Don’t be a jerk! Relationship skills group open to Soldiers, civilians

By Jensen JenningsSeptember 1, 2023

(Photo Credit: U.S. Army) VIEW ORIGINAL

FORT HUACHUCA, Ariz. – As people continue their return to normalcy following the previous three years of the COVID-19 pandemic, a new course, which aims to help people with their relationship skills, is available for free to anyone with post access.

The eight-week course, How to Avoid Being a Jerk, which began on August 24, is hosted by Chaplain (Maj.) Brandon Johnson, family life chaplain, and Ronni Madden, counselor at Raymond W. Bliss Army Health Center (RWBAHC) Counselor Ronni Madden, every Thursday from noon to 1 p.m. at Behavioral Health Clinic inside RWBAHC.

“The course is open to anyone with post access,” Johnson said. “The primary people who would benefit the most are people who would like to be in a relationship that aren’t yet in one, or maybe someone who is early on in a relationship and would like to strengthen those skills of being in a relationship.”

Course attendees will learn how to ask the right questions, analyze their partner’s level of conscientiousness, resolve emotional baggage, be aware of problems in the relationship and to stop giving a “jerk” too many chances, as well as identify and break destructive dating patterns that prevent finding a life partner.

“There’s always a need for relationship skills classes,” Johnson said. “Beyond myself and Ronni teaching a curriculum, there’s also a benefit of getting the experience of people from the group.”

The course is structured similarly to a support group where attendees share their experiences and talk with each other while Johnson and Madden lead the instruction portion of the sessions.

In late spring, Johnson said they hosted a few couples group therapy sessions and what they discovered was it can be challenging for people to sync up their schedules for eight weeks and realized there might be some people who want to have desirable relationship skills who feel like they don’t have them yet.

One of the driving factors behind setting up the group, were the issues caused by the COVID-19 pandemic.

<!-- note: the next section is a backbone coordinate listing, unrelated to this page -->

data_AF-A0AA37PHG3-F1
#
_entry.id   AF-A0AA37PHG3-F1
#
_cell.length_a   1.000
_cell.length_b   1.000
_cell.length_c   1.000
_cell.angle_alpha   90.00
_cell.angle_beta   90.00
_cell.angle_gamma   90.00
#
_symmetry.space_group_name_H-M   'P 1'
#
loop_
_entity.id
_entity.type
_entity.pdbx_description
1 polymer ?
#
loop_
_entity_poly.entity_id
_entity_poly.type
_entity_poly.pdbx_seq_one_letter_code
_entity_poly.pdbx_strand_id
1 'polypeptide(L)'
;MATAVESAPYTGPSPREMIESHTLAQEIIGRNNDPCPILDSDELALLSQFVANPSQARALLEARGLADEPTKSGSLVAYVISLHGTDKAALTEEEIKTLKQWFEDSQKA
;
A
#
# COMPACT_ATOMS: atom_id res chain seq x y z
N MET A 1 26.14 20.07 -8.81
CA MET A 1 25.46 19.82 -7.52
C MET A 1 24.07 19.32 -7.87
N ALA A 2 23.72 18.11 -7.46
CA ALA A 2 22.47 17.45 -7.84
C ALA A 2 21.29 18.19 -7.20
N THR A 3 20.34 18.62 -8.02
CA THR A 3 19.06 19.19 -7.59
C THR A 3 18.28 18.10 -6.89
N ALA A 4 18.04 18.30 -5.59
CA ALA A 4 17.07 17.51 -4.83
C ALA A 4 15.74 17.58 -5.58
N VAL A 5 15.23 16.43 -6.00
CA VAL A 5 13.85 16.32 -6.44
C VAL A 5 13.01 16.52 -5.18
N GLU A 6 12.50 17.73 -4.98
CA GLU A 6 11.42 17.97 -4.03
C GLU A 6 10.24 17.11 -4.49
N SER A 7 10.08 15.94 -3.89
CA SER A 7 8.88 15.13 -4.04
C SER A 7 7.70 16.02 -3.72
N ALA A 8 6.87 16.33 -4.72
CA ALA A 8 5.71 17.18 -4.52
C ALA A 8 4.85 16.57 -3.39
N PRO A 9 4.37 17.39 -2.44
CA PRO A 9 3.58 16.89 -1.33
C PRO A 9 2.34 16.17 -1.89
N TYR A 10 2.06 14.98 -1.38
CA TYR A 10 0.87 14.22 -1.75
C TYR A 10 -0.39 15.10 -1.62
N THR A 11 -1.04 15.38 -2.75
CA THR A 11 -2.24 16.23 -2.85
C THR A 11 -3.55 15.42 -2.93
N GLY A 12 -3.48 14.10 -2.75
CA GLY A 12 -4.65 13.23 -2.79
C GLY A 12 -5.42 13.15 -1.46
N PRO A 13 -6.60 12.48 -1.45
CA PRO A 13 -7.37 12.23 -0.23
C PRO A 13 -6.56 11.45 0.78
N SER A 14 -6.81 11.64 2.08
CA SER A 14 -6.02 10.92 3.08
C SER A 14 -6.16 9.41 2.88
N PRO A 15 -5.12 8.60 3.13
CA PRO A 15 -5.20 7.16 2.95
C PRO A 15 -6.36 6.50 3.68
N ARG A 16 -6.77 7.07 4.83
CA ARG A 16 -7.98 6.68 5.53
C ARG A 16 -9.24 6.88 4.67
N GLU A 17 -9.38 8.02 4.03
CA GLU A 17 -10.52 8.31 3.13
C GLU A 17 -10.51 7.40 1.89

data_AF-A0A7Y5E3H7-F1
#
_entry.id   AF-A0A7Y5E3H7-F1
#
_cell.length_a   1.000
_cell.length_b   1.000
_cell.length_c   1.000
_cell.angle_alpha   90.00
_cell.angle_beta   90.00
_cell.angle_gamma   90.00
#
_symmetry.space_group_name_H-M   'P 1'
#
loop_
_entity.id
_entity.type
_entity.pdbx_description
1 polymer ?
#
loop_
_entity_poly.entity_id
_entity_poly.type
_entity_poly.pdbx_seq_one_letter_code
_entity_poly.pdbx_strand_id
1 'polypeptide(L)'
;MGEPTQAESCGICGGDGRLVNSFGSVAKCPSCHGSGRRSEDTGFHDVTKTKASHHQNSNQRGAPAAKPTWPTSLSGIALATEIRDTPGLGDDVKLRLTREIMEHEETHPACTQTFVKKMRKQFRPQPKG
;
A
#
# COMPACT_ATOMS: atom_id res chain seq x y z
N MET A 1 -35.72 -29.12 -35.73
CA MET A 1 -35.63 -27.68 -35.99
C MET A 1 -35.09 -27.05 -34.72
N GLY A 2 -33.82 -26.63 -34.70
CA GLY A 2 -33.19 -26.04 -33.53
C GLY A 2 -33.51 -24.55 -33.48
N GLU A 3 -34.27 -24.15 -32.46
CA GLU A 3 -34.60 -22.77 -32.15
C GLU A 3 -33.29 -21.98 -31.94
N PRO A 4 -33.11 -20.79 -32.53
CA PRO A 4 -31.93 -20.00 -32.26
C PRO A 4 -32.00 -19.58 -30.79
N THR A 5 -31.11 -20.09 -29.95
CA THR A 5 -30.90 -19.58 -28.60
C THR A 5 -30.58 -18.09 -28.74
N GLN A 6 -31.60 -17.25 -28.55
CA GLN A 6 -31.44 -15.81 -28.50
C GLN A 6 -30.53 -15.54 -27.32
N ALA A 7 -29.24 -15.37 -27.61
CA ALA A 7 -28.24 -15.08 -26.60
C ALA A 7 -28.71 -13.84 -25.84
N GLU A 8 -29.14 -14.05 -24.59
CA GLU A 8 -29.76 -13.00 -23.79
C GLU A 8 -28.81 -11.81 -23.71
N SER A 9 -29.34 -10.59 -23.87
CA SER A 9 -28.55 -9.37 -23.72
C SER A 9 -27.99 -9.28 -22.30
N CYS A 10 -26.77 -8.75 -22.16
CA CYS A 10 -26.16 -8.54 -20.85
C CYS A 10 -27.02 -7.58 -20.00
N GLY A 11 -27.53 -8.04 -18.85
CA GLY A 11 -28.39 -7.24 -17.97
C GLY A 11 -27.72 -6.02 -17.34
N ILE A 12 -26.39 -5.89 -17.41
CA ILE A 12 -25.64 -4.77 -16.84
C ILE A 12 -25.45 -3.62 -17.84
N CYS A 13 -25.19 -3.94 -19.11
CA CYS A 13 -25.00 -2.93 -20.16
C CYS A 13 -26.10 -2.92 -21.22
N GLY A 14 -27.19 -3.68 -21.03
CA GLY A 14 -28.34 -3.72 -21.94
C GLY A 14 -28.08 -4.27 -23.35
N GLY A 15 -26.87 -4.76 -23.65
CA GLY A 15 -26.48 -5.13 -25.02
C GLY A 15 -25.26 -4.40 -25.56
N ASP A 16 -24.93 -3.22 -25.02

“The effects of COVID are still here with us,” Johnson said. “When we consider people, like younger Soldiers, who finished their final year of high school or college in a virtual environment, we’re talking about a pretty significant part of our population that was isolated for a while, and they lost the opportunity to have those repetitions in connections with people in person.”

Johnson and Madden realized there was a need for people to develop these skills further who might’ve missed out on opportunities to further their communication skillset or feel like they don’t have any of the skills and are looking for a way to improve.

Each week, attendees will learn a different relationship skill topic. Members of the group will be encouraged to bring up past or present issues they’ve dealt with in hopes of being able to discuss the situation with the other attendees and hear different perspectives on how to handle certain situations.

“The neat thing about group interactions, is that it helps people realize that they really do have these skills,” Johnson said. “They can hear someone else who went through a similar situation and gain the confidence that someone else was able to overcome a similar situation and achieve the type of relationship they are looking to get into.”

The goal of the course is for people to feel confident being connected to other people. With the course being held in a group setting, it encourages attendees to be vulnerable with each other and bring the walls down in hopes of building meaningful connections and having powerful conversations.

“I’m convinced that if you’re making positive and healthy connections with the people in your home, then that spills over into every other aspect of life,” Johnson said. “Someone who’s secure at home is going to be better prepared to face the challenges that we face as Soldiers, [Department of Army] Civilians and others on a daily basis.”

If you are interested in attending the course or would like more information call 520.533.5161 or 520.533.2388.

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Fort Huachuca is home to the U.S. Army Intelligence Center of Excellence, the U.S. Army Network Enterprise Technology Command/9th Army Signal Command and more than 48 supported tenants representing a diverse, multiservice population. Our unique environment encompasses 946 square miles of restricted airspace and 2,500 square miles of protected electronic ranges, key components to the national defense mission.

Located in Cochise County, in southeast Arizona, about 15 miles north of the border with Mexico, Fort Huachuca is an Army installation with a rich frontier history. Established in 1877, the Fort was declared a national landmark in 1976.

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